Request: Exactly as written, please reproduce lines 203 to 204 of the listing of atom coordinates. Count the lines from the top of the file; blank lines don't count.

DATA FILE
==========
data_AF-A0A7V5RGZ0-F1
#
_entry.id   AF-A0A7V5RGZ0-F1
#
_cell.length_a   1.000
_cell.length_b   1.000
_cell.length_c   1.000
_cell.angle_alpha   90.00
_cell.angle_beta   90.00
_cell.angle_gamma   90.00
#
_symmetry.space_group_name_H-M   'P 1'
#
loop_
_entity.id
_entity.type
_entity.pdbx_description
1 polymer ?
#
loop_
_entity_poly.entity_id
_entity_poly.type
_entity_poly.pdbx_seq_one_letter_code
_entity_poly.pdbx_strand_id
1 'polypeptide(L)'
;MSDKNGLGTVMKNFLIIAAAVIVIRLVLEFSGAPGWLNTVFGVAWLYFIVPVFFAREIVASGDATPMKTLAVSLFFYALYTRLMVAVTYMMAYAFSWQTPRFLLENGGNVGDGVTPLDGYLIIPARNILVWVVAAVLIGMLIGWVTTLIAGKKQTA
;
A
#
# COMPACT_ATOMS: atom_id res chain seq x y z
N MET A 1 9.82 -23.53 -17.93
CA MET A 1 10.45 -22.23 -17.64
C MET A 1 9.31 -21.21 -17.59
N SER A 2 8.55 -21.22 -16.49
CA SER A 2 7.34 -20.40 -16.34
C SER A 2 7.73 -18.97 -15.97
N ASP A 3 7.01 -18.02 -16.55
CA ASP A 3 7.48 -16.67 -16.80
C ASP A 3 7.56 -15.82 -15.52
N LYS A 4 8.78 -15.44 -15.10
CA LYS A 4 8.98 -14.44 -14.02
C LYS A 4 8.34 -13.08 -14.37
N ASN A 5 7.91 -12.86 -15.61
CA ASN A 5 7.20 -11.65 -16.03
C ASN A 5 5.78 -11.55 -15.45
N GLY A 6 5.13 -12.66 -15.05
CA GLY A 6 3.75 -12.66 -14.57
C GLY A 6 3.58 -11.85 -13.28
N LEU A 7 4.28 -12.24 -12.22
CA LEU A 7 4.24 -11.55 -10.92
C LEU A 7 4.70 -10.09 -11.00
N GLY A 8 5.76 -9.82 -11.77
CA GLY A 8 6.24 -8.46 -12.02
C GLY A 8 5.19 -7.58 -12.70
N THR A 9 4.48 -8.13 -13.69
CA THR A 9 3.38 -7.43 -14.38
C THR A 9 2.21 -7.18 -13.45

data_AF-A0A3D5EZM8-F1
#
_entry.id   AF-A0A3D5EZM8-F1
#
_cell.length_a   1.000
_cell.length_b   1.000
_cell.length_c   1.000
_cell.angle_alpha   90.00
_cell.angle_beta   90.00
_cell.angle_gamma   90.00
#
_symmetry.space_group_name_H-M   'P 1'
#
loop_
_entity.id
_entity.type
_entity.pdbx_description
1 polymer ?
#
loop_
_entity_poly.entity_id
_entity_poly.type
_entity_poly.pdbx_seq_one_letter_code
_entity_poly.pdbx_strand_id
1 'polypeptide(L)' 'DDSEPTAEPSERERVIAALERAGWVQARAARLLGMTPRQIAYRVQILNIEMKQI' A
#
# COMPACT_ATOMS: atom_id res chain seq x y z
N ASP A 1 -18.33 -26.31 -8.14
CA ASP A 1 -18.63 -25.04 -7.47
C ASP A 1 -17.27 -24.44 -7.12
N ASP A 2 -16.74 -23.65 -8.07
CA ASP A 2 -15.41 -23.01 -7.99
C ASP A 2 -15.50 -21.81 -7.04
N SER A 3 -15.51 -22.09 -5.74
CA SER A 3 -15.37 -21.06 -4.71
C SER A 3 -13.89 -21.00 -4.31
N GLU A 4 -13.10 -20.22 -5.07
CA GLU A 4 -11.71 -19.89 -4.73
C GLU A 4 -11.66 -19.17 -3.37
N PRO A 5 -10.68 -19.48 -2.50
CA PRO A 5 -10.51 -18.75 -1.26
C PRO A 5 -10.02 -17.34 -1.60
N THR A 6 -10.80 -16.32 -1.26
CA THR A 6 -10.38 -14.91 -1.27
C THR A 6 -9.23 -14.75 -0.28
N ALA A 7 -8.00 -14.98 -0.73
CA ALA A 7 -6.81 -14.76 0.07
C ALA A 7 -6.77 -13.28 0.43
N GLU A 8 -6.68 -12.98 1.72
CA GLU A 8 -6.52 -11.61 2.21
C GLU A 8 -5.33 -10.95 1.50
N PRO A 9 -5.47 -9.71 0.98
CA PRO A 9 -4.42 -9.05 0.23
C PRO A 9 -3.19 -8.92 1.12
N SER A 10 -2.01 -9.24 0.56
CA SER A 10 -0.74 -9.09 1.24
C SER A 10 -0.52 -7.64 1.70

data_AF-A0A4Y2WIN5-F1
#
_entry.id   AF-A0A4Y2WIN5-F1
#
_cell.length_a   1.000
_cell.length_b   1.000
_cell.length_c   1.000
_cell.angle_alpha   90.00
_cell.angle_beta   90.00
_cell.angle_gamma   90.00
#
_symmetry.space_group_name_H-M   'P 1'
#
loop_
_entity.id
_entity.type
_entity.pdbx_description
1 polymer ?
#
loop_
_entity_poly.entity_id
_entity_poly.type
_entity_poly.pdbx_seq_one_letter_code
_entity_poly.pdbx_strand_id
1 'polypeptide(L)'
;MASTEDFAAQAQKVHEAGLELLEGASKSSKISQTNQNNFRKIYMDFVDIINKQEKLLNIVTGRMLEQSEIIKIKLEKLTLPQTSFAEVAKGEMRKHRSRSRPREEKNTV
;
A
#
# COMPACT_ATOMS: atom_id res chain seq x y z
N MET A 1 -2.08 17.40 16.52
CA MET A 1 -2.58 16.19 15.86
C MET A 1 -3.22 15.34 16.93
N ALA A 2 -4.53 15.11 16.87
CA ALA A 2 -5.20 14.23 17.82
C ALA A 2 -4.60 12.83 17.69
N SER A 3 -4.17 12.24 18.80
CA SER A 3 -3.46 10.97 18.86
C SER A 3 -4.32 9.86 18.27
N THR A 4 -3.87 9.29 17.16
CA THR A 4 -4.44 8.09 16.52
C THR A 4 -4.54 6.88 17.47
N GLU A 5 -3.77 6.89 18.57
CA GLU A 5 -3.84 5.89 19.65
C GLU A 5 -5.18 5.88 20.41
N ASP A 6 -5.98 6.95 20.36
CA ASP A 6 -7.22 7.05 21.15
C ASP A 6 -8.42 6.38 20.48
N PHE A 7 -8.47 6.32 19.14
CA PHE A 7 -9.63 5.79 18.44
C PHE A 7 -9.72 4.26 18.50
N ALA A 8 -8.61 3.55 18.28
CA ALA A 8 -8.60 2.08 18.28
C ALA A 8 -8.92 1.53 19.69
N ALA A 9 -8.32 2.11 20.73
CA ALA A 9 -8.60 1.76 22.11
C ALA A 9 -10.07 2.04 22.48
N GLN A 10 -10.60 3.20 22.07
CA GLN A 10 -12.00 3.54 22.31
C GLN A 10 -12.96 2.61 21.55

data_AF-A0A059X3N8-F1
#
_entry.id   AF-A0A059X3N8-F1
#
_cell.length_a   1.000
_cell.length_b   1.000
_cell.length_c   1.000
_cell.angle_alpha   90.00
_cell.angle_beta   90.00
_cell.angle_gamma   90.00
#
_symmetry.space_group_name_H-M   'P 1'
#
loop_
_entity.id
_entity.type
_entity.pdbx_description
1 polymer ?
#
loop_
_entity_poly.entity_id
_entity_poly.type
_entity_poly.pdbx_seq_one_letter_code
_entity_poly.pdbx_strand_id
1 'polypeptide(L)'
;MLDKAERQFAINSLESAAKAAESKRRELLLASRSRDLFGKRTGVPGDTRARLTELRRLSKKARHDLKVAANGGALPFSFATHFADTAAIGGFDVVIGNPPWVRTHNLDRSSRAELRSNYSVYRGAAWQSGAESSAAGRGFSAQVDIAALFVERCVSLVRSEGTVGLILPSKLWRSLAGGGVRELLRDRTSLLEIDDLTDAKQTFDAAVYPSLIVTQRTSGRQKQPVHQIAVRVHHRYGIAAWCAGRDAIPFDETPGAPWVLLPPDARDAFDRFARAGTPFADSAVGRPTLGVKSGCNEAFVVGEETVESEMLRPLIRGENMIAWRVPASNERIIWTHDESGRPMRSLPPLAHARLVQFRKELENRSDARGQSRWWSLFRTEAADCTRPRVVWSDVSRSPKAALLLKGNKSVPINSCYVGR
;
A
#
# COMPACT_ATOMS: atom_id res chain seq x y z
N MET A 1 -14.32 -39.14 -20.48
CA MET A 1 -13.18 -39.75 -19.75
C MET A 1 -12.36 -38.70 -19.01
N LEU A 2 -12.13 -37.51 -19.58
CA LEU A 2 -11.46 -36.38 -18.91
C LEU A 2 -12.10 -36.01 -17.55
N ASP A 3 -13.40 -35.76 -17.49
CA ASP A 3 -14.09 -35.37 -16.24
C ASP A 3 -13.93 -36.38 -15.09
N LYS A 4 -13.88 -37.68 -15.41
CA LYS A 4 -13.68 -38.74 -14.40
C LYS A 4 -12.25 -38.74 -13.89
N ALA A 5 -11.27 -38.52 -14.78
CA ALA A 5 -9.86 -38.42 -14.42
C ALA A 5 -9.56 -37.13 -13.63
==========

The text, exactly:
#
# COMPACT_ATOMS: atom_id res chain seq x y z